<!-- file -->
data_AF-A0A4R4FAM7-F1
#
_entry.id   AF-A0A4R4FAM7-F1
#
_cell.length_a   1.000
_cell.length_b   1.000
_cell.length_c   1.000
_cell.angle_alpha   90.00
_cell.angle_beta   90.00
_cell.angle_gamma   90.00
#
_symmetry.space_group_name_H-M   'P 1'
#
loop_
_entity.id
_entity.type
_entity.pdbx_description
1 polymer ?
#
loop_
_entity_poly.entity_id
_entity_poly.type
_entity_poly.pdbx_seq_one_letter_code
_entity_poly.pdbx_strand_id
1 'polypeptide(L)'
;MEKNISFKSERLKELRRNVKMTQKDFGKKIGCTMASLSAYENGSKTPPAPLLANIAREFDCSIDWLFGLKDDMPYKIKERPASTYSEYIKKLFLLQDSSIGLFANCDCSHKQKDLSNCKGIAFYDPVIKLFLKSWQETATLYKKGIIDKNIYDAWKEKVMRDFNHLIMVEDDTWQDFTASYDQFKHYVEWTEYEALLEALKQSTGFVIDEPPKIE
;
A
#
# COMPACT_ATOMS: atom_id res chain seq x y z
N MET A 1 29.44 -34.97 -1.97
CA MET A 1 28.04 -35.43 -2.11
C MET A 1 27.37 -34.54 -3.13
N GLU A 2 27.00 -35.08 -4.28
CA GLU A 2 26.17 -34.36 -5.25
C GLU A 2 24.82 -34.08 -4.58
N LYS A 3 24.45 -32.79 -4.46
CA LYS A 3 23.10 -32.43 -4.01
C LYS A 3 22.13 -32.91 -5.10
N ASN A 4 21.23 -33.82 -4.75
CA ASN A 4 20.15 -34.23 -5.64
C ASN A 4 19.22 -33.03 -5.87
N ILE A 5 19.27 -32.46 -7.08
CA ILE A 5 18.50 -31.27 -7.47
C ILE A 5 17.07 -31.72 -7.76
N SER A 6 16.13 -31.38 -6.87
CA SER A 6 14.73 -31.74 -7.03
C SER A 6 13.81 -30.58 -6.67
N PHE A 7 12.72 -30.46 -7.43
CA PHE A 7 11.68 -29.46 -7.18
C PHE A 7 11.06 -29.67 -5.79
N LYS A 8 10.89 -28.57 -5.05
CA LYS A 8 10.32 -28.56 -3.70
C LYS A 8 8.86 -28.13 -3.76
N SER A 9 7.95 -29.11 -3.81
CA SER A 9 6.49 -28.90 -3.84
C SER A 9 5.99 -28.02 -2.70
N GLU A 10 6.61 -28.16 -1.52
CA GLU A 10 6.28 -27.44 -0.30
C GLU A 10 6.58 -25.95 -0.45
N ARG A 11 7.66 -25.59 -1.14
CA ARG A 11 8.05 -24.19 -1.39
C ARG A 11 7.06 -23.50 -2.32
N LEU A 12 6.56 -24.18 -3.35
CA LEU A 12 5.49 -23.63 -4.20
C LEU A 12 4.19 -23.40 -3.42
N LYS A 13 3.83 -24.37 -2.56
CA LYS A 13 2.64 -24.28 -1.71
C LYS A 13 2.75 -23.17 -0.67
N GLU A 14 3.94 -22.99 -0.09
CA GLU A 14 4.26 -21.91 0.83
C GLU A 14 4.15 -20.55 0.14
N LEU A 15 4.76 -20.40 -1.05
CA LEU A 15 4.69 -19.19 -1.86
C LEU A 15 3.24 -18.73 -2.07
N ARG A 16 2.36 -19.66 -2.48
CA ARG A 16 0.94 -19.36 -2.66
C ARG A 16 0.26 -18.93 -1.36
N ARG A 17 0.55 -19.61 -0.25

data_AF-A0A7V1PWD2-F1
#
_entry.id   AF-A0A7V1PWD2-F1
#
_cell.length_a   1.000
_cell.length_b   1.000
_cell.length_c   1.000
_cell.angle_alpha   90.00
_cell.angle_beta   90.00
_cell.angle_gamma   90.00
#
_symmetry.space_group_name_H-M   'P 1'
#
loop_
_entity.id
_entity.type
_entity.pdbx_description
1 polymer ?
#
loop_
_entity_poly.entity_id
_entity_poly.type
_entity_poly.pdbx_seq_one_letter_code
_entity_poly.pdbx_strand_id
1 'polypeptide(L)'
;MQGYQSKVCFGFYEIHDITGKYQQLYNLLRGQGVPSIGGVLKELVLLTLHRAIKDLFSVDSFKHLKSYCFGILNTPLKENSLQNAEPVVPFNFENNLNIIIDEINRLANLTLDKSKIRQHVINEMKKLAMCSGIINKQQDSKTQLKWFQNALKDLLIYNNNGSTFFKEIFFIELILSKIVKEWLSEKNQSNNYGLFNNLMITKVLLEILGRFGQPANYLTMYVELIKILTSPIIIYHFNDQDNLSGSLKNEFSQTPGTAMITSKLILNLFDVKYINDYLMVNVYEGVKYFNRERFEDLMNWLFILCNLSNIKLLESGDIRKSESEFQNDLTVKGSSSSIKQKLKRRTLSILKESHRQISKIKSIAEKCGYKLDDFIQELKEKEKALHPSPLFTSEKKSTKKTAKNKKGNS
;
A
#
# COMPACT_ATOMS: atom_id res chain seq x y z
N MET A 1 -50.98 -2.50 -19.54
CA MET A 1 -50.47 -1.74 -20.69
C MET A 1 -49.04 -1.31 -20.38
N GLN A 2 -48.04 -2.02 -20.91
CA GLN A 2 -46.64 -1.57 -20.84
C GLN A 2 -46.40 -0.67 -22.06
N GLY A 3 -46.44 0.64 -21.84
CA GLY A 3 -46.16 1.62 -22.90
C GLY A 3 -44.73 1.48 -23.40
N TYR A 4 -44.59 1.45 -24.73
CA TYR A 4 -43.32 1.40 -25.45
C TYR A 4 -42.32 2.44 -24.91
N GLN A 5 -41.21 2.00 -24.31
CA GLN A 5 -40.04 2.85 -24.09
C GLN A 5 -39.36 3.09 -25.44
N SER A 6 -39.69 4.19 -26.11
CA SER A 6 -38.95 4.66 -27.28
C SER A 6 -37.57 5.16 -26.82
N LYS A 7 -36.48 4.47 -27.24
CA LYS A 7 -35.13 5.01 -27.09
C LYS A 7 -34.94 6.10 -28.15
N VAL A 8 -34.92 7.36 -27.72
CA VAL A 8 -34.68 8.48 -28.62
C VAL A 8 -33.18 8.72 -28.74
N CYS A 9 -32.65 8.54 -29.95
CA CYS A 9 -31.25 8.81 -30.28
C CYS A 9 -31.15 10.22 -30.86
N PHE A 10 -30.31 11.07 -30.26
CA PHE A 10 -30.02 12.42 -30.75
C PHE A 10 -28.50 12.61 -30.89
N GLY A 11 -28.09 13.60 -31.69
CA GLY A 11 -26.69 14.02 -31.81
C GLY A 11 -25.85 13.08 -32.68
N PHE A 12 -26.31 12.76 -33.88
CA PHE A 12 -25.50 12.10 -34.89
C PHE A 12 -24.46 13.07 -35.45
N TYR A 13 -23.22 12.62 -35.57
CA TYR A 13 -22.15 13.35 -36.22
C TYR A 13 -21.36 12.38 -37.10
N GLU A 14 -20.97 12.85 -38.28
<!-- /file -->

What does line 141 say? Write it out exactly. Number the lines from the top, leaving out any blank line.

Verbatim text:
CA GLY A 11 -26.69 14.02 -31.81